I mean, this this year, 2022, this has been the highest ADR that we've ever had. And we've been working so hard for so many years to try and raise our rates, and a lot of these destinations. And finally, we've been able to do that. But this is if this is going to be an anomaly, it's going to be tough to be what our owners are getting at this point. But just managing those expectations, I think is really important. And obviously, you know that as an enterprise manager, you've got to stay in touch with your owners, you have to keep them, you know, as much abreast of what's going on as possible. Because like you said, if they come to you, it's too late at that too late. So managing and staying ahead of it's important. One other thing I wanted to ask about, too, on the technology side, there's a discussion just recently on LinkedIn, between Matt Renner from track and talking about the costs and how they've spent, you know, 40 to $50 million a year on their tech and how, you know, that's really just driving their their profits to the ground. But, you know, you made the decision, and took a very thoughtful process to make that decision to go with track and to not build your own system to really make sure that you bought the system that was going to work for the long term of the trips. Tell us a little bit about that. I mean, how how has that been so far, and I know nothing's perfect, but to be able to acquire companies that are on multiple different systems, that that's kind of been a challenge. Getting everybody integrated?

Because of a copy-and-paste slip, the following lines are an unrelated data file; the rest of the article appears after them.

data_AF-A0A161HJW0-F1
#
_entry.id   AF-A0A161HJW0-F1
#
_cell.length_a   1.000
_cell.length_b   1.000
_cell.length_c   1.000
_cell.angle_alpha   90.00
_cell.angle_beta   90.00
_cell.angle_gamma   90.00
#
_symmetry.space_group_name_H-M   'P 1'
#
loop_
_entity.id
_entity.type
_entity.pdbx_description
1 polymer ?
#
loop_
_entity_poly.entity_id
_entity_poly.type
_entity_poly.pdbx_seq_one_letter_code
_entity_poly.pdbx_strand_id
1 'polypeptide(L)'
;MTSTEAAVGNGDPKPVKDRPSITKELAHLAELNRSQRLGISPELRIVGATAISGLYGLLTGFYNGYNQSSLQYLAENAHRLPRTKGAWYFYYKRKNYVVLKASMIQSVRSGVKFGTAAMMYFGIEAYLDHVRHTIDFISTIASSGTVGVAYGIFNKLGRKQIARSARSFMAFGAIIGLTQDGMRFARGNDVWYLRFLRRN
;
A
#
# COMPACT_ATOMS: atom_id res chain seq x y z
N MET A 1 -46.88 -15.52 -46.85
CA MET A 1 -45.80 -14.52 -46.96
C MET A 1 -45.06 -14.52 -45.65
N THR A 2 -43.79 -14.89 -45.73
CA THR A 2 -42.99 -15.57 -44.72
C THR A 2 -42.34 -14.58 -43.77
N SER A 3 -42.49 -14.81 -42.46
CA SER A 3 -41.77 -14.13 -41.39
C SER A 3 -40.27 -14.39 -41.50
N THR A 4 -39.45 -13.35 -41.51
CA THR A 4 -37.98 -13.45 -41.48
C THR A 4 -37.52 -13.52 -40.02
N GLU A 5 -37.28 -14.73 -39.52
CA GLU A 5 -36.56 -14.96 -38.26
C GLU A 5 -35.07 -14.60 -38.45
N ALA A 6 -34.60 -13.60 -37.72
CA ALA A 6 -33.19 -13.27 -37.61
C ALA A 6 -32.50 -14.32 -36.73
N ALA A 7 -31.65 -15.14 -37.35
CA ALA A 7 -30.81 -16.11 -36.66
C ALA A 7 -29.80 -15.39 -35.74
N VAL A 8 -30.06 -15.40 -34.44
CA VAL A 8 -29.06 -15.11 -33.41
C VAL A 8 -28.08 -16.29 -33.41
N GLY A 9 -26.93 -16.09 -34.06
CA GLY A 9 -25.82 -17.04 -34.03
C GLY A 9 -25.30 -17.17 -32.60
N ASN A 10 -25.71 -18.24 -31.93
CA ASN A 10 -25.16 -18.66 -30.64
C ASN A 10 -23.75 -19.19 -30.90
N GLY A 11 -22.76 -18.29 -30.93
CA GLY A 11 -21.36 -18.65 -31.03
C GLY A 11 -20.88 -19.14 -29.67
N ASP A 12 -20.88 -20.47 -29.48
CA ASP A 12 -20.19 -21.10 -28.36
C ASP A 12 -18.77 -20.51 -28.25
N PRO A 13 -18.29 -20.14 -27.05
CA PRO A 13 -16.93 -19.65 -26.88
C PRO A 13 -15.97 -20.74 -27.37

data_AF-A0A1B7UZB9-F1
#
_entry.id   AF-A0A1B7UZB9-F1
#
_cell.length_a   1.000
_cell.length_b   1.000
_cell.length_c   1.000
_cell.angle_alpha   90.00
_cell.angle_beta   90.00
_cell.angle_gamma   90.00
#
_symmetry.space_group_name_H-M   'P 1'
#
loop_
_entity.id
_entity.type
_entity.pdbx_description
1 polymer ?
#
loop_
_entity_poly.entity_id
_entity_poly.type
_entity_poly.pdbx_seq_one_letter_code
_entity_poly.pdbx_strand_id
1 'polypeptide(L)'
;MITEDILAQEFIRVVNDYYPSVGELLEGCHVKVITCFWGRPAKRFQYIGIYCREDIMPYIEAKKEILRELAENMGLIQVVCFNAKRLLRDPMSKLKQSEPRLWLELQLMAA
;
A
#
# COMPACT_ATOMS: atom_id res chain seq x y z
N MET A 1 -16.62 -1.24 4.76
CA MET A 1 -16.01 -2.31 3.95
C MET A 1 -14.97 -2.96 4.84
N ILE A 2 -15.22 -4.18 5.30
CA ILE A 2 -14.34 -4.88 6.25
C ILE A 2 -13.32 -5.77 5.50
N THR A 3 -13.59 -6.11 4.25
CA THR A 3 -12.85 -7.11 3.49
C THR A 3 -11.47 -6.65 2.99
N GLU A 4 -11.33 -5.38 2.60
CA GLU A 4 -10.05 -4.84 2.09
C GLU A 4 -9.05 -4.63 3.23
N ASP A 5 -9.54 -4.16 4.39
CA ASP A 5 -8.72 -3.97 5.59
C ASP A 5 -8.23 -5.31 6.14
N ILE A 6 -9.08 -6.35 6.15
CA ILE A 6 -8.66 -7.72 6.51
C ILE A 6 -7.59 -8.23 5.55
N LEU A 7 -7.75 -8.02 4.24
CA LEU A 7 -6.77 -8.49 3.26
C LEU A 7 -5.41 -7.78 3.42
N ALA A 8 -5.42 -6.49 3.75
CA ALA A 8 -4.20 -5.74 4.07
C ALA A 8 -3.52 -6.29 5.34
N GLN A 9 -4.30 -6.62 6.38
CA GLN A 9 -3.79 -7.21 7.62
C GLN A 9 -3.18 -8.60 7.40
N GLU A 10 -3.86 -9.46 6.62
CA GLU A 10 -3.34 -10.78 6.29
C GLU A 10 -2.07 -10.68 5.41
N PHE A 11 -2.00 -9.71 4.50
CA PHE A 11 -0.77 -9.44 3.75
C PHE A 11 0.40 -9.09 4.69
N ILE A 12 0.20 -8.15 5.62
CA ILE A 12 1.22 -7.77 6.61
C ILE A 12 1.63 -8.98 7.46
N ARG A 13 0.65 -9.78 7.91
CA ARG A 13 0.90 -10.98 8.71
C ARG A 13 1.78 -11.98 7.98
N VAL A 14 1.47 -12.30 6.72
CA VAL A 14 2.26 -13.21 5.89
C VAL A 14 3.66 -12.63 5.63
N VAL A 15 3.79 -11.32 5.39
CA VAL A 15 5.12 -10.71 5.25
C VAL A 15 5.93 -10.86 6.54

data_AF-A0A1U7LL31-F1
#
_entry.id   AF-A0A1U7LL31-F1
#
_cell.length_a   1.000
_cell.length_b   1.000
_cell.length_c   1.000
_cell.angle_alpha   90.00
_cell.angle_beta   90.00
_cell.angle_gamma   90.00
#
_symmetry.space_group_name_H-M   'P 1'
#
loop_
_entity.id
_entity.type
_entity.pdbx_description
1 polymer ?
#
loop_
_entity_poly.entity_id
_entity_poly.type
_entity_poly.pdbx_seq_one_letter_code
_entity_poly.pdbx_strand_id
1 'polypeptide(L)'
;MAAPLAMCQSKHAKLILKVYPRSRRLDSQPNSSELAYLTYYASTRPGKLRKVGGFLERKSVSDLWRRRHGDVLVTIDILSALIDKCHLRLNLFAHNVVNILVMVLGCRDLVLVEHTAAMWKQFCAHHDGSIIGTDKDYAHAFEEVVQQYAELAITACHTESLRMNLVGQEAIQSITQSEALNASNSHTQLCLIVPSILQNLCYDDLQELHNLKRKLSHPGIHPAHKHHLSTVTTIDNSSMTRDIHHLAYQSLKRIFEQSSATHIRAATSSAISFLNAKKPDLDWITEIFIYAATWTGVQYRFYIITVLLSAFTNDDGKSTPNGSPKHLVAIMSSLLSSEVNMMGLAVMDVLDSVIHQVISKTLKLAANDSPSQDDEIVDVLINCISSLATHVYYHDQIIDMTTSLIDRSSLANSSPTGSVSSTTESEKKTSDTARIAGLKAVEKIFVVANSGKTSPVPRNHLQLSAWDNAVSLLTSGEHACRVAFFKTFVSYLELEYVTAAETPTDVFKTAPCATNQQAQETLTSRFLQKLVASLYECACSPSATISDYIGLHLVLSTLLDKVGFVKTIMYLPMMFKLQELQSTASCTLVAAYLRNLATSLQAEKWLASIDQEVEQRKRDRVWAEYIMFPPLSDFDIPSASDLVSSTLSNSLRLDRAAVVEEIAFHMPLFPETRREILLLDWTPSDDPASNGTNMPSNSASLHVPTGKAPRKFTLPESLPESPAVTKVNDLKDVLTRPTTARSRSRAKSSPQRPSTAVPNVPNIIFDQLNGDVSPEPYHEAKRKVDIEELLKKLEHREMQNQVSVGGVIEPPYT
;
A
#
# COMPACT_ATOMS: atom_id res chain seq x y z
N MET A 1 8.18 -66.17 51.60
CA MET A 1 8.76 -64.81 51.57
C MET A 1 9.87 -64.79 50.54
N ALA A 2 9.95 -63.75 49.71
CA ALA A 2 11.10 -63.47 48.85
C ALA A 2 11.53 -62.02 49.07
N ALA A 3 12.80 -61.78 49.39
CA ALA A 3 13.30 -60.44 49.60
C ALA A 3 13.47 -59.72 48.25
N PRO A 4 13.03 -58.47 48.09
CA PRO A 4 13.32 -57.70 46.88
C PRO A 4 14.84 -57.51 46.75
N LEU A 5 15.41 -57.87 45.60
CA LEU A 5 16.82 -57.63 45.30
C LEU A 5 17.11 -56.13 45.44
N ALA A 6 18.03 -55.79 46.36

Steve Milo:

Well, you know, our decision together track has been a great decision. We've been very, very satisfied with track previously to track we were on HomeAway software starting with escapia, which was purchased by HomeAway software in 2009, I believe. And then ultimately we outgrew escapia and went to B 12. And and that was a strong system, Wyndham vacation rentals was on there and then some other really large companies was on B 12. But you know, HomeAway made the decision to sunset that and at that point we evaluated a number of systems we and we landed on track And we did the migration in 2021. And, you know, it was a good migration, and we've been pleased. But the other question you asked is really, you know, the cost of hosted system versus software development. And, you know, it is our cost of technology as a fraction to what a cost says reporting, because it's reporting 6% of their revenue, and they're at about a billion dollars revenue. So $60 million, is I believe, where they're at, yeah, is going to where their software development. Meanwhile, they're losing up to $50 million a quarter. So, you know, this just doesn't seem to be a very sustainable business model, if they're spending that kind of money. And the reason why, you know, they've done this is they're claiming that they're a technology company, and they're building all this technology. But when you really look at Akasa, I don't believe they're a technology company, I believe they're a hospitality company. And so they're just wasting so much money on the software development. The other area where they're wasting a lot of money is sales and marketing, which I believe in the rest for they report that 18% of their cost, or their GNA was, was with sales and marketing, and they had up to 200 people and their acquisition organic team, and that just doesn't seem sustainable as well, looking, and you're going to have to figure out how to become profitable, much faster. With a billion dollars of revenue, there's no reason they shouldn't be profitable right now. And I think that's one of the reasons why their stock has just been hammered. I mean, they've lost 70% of their value since their IPO. And if they have to, you know, come back with a re forecast of revise earnings, lower, their stock is going to get hammered even even more. So, you know, they're they're in a very, very bad position right now. And the match, right, there are certain things they could do. hosted system will be one of those things.